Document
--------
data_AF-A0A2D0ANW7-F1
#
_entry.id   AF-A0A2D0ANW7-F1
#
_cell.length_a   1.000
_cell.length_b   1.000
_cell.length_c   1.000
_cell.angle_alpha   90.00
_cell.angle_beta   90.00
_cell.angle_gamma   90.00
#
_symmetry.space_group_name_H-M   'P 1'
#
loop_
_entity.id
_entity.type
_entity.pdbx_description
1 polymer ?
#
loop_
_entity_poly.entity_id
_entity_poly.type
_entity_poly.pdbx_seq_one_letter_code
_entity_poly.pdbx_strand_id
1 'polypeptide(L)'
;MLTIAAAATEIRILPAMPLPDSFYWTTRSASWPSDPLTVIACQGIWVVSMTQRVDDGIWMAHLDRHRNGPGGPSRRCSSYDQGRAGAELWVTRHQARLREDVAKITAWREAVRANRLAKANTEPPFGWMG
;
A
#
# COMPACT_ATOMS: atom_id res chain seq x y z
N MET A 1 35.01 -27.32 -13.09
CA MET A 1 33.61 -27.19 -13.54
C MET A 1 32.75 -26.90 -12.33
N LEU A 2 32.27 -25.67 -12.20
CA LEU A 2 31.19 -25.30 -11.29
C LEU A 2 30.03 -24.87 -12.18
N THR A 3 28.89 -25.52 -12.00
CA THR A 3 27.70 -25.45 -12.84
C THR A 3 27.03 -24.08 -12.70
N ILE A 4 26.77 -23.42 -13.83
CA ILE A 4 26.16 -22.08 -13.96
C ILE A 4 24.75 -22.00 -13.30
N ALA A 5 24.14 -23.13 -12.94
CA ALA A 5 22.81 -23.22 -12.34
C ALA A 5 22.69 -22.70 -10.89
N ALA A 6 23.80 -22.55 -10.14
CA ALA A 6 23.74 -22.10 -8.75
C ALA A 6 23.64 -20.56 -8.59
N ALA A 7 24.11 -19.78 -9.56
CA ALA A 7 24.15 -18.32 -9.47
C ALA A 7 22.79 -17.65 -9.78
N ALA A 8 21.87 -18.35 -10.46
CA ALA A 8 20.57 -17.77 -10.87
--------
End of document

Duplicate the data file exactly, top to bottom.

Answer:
data_AF-A0A2D0ANW7-F1
#
_entry.id   AF-A0A2D0ANW7-F1
#
_cell.length_a   1.000
_cell.length_b   1.000
_cell.length_c   1.000
_cell.angle_alpha   90.00
_cell.angle_beta   90.00
_cell.angle_gamma   90.00
#
_symmetry.space_group_name_H-M   'P 1'
#
loop_
_entity.id
_entity.type
_entity.pdbx_description
1 polymer ?
#
loop_
_entity_poly.entity_id
_entity_poly.type
_entity_poly.pdbx_seq_one_letter_code
_entity_poly.pdbx_strand_id
1 'polypeptide(L)'
;MLTIAAAATEIRILPAMPLPDSFYWTTRSASWPSDPLTVIACQGIWVVSMTQRVDDGIWMAHLDRHRNGPGGPSRRCSSYDQGRAGAELWVTRHQARLREDVAKITAWREAVRANRLAKANTEPPFGWMG
;
A
#
# COMPACT_ATOMS: atom_id res chain seq x y z
N MET A 1 35.01 -27.32 -13.09
CA MET A 1 33.61 -27.19 -13.54
C MET A 1 32.75 -26.90 -12.33
N LEU A 2 32.27 -25.67 -12.20
CA LEU A 2 31.19 -25.30 -11.29
C LEU A 2 30.03 -24.87 -12.18
N THR A 3 28.89 -25.52 -12.00
CA THR A 3 27.70 -25.45 -12.84
C THR A 3 27.03 -24.08 -12.70
N ILE A 4 26.77 -23.42 -13.83
CA ILE A 4 26.16 -22.08 -13.96
C ILE A 4 24.75 -22.00 -13.30
N ALA A 5 24.14 -23.13 -12.94
CA ALA A 5 22.81 -23.22 -12.34
C ALA A 5 22.69 -22.70 -10.89
N ALA A 6 23.80 -22.55 -10.14
CA ALA A 6 23.74 -22.10 -8.75
C ALA A 6 23.64 -20.56 -8.59
N ALA A 7 24.11 -19.78 -9.56
CA ALA A 7 24.15 -18.32 -9.47
C ALA A 7 22.79 -17.65 -9.78
N ALA A 8 21.87 -18.35 -10.46
CA ALA A 8 20.57 -17.77 -10.87